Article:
The survey affirmed that the majority (84%) of adults in these countries view cancer as a serious public health problem, topping a list of diseases that also included heart disease, Alzheimer’s disease, obesity, diabetes and mental illness. When all respondents were asked, unaided, which specific cancers are top of mind, just 2% of those surveyed mentioned pancreatic cancer as the first type of cancer that came to mind, while 37% mentioned breast cancer and 20% mentioned lung cancer. This picture changed dramatically, however, when all respondents were made aware of the poor survival associated with pancreatic cancer, with more than 70% indicating they would be extremely/very supportive of a public awareness campaign supporting more public education about pancreatic cancer and about half of all respondents indicating they would take action to support public awareness.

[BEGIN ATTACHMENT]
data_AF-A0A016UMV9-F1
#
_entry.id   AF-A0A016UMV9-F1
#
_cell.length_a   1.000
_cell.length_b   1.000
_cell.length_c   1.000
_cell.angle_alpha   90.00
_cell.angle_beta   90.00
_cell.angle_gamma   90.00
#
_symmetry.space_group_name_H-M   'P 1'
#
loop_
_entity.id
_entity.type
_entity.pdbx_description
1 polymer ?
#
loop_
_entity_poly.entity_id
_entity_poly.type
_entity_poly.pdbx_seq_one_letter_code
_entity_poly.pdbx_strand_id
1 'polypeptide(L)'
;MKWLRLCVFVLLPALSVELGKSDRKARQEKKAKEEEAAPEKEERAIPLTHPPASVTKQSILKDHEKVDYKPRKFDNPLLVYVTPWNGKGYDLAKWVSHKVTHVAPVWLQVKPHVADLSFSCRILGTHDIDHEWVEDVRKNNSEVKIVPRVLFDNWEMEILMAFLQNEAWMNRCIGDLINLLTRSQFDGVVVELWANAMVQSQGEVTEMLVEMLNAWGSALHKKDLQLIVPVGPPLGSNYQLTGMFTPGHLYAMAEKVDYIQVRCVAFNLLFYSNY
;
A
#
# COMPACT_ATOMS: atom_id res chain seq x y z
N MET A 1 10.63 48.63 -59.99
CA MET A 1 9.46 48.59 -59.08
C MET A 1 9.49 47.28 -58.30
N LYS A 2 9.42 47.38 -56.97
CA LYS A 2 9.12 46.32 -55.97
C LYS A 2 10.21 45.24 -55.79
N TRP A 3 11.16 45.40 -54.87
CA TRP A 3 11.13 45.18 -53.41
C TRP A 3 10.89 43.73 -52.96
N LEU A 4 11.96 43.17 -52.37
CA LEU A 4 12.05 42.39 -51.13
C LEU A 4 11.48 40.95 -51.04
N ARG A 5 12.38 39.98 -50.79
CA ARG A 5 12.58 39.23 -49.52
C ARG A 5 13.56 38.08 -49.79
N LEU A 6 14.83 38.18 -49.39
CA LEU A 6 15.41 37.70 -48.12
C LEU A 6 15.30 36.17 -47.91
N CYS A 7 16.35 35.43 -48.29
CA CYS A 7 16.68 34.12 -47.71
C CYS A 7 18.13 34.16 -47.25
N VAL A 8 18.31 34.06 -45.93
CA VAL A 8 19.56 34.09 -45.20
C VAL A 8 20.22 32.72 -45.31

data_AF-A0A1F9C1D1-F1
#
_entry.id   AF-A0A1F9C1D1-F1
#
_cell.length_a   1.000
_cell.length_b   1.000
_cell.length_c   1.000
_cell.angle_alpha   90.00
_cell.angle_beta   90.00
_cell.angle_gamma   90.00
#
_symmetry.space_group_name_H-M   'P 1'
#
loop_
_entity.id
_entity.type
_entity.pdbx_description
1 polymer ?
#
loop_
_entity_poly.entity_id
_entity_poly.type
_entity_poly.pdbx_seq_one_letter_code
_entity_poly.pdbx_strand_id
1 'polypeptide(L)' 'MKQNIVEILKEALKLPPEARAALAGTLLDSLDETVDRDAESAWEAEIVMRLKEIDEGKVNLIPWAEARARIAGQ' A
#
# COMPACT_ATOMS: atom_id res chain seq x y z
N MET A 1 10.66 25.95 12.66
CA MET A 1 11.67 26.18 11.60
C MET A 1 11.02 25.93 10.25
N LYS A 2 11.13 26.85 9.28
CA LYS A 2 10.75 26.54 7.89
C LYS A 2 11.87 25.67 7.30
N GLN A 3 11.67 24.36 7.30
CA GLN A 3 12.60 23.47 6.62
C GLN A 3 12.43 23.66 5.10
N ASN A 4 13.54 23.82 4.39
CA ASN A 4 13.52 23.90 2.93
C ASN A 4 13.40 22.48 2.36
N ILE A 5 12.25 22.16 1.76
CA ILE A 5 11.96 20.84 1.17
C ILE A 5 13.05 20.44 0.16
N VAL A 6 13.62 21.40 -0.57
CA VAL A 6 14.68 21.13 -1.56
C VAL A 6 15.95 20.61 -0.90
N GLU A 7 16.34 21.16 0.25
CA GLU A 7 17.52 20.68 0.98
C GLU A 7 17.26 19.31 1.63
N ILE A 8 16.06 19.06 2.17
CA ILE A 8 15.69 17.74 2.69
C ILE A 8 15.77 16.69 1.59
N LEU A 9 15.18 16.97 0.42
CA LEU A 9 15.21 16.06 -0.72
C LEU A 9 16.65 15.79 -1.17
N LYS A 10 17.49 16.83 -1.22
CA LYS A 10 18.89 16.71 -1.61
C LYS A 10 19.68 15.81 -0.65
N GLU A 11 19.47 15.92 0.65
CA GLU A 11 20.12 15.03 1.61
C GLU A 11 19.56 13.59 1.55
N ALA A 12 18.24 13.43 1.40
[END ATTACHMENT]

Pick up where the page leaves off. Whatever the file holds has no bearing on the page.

“The Global Pancreatic Cancer Awareness Omnibus survey underscores the ongoing need to raise awareness of pancreatic cancer and to support efforts for additional resources for research,” said Julie Fleshman, president and chief executive officer, Pancreatic Cancer Action Network. “It’s clear that when people understand the seriousness of pancreatic cancer they want to take action. The first-ever World Pancreatic Cancer Day set by the international pancreatic cancer advocacy community offers the perfect opportunity to start turning this aspiration into a global effort to raise awareness about pancreatic cancer and make a difference in the lives of those diagnosed with this cancer.”